"As a single person who's aging I'm excited to be . . . with families with children," she says of the Belfast Ecovillage. "With the shared purpose and vision, it's a family of sorts. And that feels really, really important to me."

Another plus is the village's proximity to nearby retail and public spaces. In Ravenwood, O'Connell was dependent on her car; even carpools were inconvenient for the long distance into the nearest town. In the Ecovillage, she'll be able to walk, bike, or carpool conveniently to downtown Belfast, just two miles away. This speaks more to siting than anything else, but being part of a larger community, as well as a neighborhood one, is often desirable for people interested in cohousing.

For Lindsey Piper, a nurse practitioner who recently moved with her wife Allison from Massachusetts to Belfast, the appeal is at least partly philosophical: Piper says she was intrigued by "the concept of living closer to each other and being responsible to each other and for each other . . . more in tune with the world around us, being around people who want to live intentionally."

She believes it to be a "personal challenge to have to be a good community member — an opportunity for personal growth." Anyone who's ever learned to live with an undesirable roommate can relate to that, but in a cohousing situation — where you've bought into not only a living arrangement but a home and a piece of land — it's crucial that you cultivate interpersonal relationships with your neighbors.

"I was nervous to leave the urban setting," Piper says of their decision to move from the Jamaica Plain neighborhood of Boston to the midcoast region. "Moving to rural Maine was kind of like, 'oh, jeez, am I going to feel lost and lonely?'" Not with 35 other families around, she won't. "I'm looking forward to having the common house and common meals . . . but we'll have our own space. It's like the best of both worlds."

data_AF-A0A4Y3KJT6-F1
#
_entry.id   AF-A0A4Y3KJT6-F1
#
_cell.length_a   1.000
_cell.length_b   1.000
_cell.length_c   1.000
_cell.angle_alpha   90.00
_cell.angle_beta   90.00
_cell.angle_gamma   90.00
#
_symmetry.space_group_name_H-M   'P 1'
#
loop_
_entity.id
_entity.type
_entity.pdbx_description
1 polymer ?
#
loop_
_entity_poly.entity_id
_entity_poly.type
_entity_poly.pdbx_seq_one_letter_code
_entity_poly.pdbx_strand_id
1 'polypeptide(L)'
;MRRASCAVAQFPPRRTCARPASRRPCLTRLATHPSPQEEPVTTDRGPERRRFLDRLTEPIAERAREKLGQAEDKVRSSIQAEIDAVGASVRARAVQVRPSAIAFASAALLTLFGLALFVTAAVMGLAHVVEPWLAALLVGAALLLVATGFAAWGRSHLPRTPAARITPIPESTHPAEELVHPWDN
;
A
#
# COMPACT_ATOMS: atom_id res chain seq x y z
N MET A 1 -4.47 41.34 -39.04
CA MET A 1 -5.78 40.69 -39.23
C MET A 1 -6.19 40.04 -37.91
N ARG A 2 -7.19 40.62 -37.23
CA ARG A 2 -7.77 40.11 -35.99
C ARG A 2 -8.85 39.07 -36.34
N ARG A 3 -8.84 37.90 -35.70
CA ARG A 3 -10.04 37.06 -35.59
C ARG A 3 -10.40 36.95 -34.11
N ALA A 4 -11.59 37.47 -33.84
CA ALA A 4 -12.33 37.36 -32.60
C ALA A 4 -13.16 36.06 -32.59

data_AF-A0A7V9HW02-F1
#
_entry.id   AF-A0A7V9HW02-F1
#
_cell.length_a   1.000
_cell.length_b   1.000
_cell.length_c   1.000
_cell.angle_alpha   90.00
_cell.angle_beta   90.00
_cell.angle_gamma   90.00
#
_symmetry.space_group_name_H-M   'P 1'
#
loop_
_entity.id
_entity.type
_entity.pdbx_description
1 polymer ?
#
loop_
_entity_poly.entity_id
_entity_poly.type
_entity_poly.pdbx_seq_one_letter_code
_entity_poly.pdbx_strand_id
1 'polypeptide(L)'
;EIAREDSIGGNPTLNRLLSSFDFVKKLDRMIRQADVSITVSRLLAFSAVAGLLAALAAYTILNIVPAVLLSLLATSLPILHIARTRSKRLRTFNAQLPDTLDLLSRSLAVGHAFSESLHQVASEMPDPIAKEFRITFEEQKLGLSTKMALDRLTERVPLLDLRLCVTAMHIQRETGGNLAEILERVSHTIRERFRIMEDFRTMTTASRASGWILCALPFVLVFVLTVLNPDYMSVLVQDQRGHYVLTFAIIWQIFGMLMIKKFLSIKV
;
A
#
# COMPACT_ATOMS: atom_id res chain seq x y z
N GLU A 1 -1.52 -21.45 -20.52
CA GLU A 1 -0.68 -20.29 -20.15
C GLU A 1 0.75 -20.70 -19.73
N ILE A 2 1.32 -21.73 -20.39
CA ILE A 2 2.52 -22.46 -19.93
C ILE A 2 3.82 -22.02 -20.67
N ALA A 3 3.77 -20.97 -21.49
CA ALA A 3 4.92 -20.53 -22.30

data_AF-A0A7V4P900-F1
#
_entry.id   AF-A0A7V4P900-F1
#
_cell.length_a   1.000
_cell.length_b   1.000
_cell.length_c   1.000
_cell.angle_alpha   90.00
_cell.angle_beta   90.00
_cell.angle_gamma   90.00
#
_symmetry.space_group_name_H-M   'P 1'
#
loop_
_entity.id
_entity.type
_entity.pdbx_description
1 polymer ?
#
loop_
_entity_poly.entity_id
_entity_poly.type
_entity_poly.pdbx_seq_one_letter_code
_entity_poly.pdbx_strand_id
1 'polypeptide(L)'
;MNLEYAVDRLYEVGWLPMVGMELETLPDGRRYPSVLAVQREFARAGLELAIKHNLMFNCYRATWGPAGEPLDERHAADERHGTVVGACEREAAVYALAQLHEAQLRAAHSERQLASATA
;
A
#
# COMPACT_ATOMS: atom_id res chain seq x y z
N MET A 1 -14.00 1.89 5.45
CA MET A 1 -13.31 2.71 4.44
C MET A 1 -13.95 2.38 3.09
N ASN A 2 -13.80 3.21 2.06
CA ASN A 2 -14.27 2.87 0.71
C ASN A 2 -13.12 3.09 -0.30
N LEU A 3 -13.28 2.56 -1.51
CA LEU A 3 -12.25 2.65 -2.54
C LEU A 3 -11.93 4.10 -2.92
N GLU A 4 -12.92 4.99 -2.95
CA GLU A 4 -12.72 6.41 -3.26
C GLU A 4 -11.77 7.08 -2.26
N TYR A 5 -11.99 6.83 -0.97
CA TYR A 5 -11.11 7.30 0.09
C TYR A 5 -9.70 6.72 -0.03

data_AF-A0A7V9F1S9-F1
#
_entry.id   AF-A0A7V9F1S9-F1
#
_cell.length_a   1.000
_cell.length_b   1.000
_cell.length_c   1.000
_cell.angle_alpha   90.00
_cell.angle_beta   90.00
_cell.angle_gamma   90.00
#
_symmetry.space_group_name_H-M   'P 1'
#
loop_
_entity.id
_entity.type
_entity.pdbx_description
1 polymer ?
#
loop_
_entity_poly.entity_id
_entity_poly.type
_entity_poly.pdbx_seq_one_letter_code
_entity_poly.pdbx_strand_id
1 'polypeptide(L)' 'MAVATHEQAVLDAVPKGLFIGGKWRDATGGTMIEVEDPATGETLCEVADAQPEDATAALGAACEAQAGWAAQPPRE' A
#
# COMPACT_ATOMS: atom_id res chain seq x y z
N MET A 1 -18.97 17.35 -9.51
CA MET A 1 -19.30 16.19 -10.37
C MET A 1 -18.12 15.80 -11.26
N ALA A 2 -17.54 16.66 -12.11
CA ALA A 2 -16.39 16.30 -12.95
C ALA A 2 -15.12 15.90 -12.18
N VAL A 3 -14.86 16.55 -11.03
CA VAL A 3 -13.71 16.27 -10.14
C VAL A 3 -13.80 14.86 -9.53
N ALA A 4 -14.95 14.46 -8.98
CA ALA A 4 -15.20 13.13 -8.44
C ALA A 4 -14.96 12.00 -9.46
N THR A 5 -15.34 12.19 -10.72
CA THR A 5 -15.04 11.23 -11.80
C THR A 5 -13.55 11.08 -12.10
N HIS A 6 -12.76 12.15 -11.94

Both practical and theoretical factors can play into the decision to convert to cohousing. For Steve Prescott, a cabinetmaker who lives with his wife and sons in Two Echo Cohousing in Brunswick, the pull was initially based on logistics. Prescott and his wife wanted a rural lifestyle, but they didn't want to become too isolated. Then they learned about Two Echo, which consists of 27 clustered homes on 90 acres of land.

"We co-own 90 acres," Prescott notes. "But we didn't have to buy 90 acres, and we don't have to pay taxes on 90 acres." And certainly, there's little chance for loneliness. "It's very hard to get from your house to your car without getting into a conversation," he says.

But don't conflate cohousing with a commune. "You don't have to drink the Kool-Aid," he says. Whether you choose to help tend the community gardens or take care of 150 broiler chickens (as in the case of Two Echo) is completely your prerogative. Prescott himself has grown increasingly comfortable with the cohousing model.

"My interest in community living has grown," he says of the six years since he and his wife bought their lot. "Now that we're here, I've come to value the neighborhood camaraderie."

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  Topics: News Features , Bill McKibben, Housing, cohousing
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